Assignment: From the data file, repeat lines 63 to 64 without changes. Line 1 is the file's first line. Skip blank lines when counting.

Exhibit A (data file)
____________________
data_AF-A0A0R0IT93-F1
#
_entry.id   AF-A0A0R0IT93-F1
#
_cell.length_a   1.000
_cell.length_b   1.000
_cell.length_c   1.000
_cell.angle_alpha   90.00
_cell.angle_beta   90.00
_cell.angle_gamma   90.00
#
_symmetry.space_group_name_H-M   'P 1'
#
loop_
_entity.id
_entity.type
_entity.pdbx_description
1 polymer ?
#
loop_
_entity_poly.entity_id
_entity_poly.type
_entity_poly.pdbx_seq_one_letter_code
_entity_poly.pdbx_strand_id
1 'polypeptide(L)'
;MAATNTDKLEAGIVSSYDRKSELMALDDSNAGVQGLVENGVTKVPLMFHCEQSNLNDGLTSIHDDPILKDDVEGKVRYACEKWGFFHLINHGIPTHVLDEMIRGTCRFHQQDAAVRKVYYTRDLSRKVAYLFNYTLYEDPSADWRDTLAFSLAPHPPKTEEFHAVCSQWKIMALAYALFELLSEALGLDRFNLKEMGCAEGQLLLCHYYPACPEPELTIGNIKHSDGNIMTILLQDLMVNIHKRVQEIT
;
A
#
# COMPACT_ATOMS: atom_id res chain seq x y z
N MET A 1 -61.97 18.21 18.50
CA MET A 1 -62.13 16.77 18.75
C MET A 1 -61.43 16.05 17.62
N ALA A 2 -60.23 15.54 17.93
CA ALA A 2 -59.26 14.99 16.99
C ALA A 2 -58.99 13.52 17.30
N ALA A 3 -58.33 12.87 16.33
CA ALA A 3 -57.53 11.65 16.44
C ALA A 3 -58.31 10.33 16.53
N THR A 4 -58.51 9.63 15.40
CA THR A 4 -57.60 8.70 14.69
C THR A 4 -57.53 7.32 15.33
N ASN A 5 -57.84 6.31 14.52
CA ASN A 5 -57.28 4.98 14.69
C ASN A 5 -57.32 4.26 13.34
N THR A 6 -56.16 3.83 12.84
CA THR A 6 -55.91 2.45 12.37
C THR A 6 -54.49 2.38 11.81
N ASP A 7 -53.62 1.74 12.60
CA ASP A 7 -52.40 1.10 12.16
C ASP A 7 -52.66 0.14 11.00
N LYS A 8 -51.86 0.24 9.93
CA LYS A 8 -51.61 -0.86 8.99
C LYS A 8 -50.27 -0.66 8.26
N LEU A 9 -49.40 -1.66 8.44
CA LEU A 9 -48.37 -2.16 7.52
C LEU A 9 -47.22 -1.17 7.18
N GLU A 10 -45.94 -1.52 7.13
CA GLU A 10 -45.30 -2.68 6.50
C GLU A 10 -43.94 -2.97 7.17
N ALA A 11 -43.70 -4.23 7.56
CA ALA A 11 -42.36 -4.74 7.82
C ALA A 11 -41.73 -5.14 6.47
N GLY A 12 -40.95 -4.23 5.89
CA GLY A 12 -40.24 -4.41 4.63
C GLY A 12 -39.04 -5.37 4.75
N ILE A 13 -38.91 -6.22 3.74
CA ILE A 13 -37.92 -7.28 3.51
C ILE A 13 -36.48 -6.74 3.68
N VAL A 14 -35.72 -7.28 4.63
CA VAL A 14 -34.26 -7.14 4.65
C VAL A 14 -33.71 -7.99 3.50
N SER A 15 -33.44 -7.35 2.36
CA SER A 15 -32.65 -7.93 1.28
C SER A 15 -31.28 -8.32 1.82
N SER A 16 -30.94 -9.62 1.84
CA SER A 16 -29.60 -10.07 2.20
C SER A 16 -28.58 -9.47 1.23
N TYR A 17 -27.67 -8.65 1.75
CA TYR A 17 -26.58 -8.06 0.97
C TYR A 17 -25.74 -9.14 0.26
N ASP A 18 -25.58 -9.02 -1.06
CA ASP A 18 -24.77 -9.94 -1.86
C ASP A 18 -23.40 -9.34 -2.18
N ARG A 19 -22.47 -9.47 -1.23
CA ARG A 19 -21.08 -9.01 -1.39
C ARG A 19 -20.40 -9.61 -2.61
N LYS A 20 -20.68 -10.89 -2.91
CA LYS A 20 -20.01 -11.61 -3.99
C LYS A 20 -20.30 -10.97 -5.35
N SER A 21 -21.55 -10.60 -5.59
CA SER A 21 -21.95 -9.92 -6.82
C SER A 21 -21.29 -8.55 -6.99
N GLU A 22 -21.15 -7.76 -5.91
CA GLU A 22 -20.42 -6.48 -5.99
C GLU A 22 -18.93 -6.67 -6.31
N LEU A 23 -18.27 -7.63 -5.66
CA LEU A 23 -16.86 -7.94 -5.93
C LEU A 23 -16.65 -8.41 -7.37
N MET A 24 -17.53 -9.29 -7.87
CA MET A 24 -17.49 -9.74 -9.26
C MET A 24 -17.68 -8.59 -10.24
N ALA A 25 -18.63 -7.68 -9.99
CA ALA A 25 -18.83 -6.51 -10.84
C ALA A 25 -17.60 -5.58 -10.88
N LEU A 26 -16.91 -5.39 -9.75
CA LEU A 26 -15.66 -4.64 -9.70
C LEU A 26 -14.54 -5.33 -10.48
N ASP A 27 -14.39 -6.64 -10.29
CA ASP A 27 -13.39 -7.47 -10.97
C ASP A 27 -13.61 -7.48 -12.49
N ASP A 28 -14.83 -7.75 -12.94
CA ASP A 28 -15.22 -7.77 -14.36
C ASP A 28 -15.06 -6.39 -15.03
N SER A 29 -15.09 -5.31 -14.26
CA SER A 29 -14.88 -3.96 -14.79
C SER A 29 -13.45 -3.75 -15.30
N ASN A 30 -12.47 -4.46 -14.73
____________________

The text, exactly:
C ALA A 11 -41.73 -5.14 6.47
N GLY A 12 -40.95 -4.23 5.89